COP27 is the first COP to give our future generations a platform to be heard. This year, the Children and Youth Pavilion has been set up to allow children and teenagers to voice their concerns and to discuss which topics that they think are important and should be addressed.

There were contributions from young people from 149 nations worldwide, who have a shared interest in fighting climate change and protecting our planet. These young people have come together to create a ‘Global Youth Statement’, outlining their concerns on the energy crisis, climate resilience and climate finance.

These young people are part of the UNFCCC’s official youth constituency and one of the events of COP27 was for the statement to be shared with attendees.

This statement was finalised at the 17th Global Conference of Youth before COP27 began.

The statement reads as follows:

“At this critical juncture, COP27 must demonstrate tangible progress in delivering on the pledges and promises made in Paris and Glasgow. First, COP27 must finally accomplish the goal on adaptation finance and commit to a dedicated finance facility for Loss & Damage, in order to enable most affected people and areas (MAPA) and climate-vulnerable countries to cope with and recover from the increasingly destructive impacts of climate change.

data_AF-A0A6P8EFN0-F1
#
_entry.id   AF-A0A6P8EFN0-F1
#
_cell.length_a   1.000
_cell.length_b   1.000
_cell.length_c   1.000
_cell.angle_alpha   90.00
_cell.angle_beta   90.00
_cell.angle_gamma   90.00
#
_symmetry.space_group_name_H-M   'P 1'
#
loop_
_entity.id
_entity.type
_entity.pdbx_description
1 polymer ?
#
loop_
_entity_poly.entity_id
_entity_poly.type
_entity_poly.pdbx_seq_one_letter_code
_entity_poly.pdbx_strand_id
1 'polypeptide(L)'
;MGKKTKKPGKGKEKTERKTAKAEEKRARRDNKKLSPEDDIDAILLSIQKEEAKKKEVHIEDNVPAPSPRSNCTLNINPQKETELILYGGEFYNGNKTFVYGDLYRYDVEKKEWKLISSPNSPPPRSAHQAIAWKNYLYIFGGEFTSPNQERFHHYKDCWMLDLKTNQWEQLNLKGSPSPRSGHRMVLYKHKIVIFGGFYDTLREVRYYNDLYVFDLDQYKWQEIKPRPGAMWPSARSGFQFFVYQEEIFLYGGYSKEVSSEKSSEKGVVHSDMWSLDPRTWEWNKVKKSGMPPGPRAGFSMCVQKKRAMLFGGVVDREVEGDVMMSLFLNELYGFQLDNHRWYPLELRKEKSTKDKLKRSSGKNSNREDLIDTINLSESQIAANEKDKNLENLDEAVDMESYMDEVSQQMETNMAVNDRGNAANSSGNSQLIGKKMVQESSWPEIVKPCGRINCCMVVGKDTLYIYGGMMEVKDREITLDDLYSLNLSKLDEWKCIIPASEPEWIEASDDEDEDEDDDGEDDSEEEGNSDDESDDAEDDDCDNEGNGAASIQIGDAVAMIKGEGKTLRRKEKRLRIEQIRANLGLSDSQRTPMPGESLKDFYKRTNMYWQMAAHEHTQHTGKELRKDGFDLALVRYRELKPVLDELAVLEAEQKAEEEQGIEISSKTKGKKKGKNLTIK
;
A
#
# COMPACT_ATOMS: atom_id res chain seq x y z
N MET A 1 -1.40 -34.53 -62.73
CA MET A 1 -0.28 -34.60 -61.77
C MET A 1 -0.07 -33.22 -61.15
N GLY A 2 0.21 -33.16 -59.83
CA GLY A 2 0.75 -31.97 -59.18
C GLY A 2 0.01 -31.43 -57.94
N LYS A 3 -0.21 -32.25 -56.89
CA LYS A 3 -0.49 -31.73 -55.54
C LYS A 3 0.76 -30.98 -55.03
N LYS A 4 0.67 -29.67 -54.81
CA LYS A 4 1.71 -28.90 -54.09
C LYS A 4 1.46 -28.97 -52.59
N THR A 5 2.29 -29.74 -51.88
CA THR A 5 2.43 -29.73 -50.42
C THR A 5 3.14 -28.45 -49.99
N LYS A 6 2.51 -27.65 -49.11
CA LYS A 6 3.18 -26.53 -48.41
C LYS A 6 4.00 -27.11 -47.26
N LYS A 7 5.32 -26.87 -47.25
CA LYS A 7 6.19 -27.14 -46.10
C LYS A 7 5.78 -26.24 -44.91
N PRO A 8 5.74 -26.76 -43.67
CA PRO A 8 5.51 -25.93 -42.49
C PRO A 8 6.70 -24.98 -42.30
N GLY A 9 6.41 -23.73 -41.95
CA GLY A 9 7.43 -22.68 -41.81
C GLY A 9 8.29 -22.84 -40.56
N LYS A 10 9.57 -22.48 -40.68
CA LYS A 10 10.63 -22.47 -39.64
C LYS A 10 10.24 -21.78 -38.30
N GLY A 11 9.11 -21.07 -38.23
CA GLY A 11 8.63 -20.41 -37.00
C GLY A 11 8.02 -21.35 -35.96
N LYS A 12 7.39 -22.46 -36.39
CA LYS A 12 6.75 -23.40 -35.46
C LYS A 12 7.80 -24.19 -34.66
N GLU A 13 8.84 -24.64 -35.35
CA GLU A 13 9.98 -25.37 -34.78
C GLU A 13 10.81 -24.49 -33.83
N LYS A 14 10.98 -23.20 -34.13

Second, COP27 must embrace justice in the transformations ahead towards a climate-resilient future, advancing the inter-linked and inter-dependent climate and development goals in the post-pandemic context. Third, despite – or precisely because of – the deteriorating geopolitical environment, the COP27 must facilitate international cooperation and dialogue to collectively address the borderless, transnational climate crisis.

The current global energy crisis perfectly exemplifies how energy markets are built on a broken system that leaves the much-needed just energy transition up to geopolitical confrontations and short-term political gains. Therefore, it is imperative that we decisively transform our societies and economies, and finally end our toxic dependence on fossil fuels.

We urge parties and stakeholders to take the Global Stock-Take process very seriously for it will determine how far we are progressing in delivering the promises of the Paris Agreement.”